Early suits were made of cotton or wool and looked more like dresses than the suits we see today.  The “dresses” had undergarments including bloomers below the knees and were worn with wool stockings, slippers and matching head-gear.  Men’s suits were wool knit tunics with sleeves and knee-length shorts.

Over time, the sleeves disappeared, the shorts became shorter, new fabrics appeared and suits became more athletic looking.  Suits became more stylish in many colors but still had little or no foundation features.  WWII brought the two piece with a brassiere like top and bottoms going from the waist to mid-thigh.  The post war years saw zippers, boning and other types of foundations in bathing suits.

 

Calling all Members – Volunteers Needed

elains's men's suits

We are currently beginning to plan an outreach program that will put our members on the Boardwalk one or two nights a week, in June, July and August.

We hope to display some of our great pictures, pass out our brochure, and answer questions about Federal Point.

If you could take a night or two please let Rebecca know, 910-458-0502

 

From the President — April, 2016

By Elaine HensonPalais Royal Hotel

The Palais Royal Hotel opened at the start of 1937’s summer season. The three story hotel was located on the northern end of the boardwalk near Harper Avenue. It was across from the pavilion, rebuilt in 1911 to replace the original one built in 1887.

The hotel’s owner/operators were Peter Compos as manager, Henry Omirly, night manager and John Kalagis, kitchen manager.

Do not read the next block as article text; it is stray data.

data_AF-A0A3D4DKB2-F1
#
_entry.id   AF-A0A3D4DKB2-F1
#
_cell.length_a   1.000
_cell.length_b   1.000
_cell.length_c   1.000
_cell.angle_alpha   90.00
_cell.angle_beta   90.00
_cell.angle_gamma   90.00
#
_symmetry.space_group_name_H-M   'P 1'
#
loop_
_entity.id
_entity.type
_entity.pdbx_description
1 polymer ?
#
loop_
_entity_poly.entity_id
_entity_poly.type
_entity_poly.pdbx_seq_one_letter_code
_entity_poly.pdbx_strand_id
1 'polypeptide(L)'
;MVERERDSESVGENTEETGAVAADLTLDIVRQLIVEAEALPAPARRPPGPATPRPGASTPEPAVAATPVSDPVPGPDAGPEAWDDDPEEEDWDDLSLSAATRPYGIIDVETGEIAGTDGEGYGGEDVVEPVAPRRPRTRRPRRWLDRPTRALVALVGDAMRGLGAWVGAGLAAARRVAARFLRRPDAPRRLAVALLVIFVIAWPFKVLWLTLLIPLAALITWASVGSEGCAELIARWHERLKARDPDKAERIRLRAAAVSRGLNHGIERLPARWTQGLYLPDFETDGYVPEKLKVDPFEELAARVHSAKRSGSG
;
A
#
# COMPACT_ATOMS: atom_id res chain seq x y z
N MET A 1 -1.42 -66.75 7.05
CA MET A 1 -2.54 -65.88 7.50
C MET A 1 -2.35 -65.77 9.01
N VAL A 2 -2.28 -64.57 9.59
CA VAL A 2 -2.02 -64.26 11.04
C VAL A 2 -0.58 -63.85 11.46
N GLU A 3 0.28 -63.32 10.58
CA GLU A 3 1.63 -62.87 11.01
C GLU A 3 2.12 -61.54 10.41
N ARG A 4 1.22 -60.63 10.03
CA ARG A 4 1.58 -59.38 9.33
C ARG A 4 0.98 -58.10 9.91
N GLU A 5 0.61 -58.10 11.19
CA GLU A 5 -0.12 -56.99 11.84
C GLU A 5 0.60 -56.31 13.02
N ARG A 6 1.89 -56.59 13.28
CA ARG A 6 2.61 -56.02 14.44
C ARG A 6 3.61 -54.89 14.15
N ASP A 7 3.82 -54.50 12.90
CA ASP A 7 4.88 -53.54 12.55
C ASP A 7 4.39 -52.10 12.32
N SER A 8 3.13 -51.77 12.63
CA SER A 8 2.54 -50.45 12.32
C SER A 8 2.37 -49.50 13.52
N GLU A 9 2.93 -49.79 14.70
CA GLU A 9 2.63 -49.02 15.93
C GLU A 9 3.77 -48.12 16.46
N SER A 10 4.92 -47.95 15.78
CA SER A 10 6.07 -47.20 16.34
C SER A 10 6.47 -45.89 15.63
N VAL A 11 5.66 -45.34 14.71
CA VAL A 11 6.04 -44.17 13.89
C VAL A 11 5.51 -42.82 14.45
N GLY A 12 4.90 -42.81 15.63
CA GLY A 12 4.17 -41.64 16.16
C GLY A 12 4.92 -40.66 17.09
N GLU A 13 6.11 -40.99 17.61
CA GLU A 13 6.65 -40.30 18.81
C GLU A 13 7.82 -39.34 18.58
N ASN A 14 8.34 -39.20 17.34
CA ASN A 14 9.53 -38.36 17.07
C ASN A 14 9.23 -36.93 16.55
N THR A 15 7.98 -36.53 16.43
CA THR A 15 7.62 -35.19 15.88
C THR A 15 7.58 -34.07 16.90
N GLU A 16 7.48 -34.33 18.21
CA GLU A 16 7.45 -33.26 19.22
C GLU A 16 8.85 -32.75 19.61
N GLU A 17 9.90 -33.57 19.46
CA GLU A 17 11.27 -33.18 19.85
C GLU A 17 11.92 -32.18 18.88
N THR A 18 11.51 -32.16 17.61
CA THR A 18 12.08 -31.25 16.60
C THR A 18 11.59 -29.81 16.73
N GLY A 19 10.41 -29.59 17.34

There was a spacious dining room with a large hardwood dance floor, a grille room with booth and counter service and a smaller private dining room all on the lobby ground floor.  It had twenty-three rooms with modern plumbing and shower baths outside for the hotel guests.  The Palais Royal specialized in dinner parties, bridge luncheons and business conferences.

It was very popular and enjoyed four summer seasons until it burned to the ground in the devastating boardwalk fire of September 19, 1940. The fire began in the pavilion and was discovered by police officer, Melvin D. Mosely, who was the stepfather of longtime beach resident Fran Doetsch.

The fire destroyed over two blocks of businesses including not only the Palais Royal Hotel but the newly remodeled and bricked Bame Hotel on Cape Fear Boulevard as well.  Since the winds blew the fire in a southward direction, the Hotel Royal Palm on Harper Avenue survived with sons of owner W. G. Fountain on the roof spraying the building with water hoses just to be sure.

Palais Royal Hotel #2After the fire a miraculous rebuilding of brick and concrete structures took place over the winter months.  By June, 1941 the boardwalk reopened with the town being billed as the “South’s Miracle Beach.”

The new Palais Royal held its formal grand opening early on April 25th with Ray Wise and his Dance Orchestra providing the music.

The new hotel had two floors and was owned and operated again by John Kalagis and Henry Omirly with Chris Economides replacing Peter Compos.  The hotel had rooms on the second floor, but the emphasis was focused on the restaurant, dinner and dancing as you can see by their sign.

Does anyone know when this building was torn down?  The former location is now a vacant lot up from the Fudgeboat/ Wheelfun Rental building and the building next to that.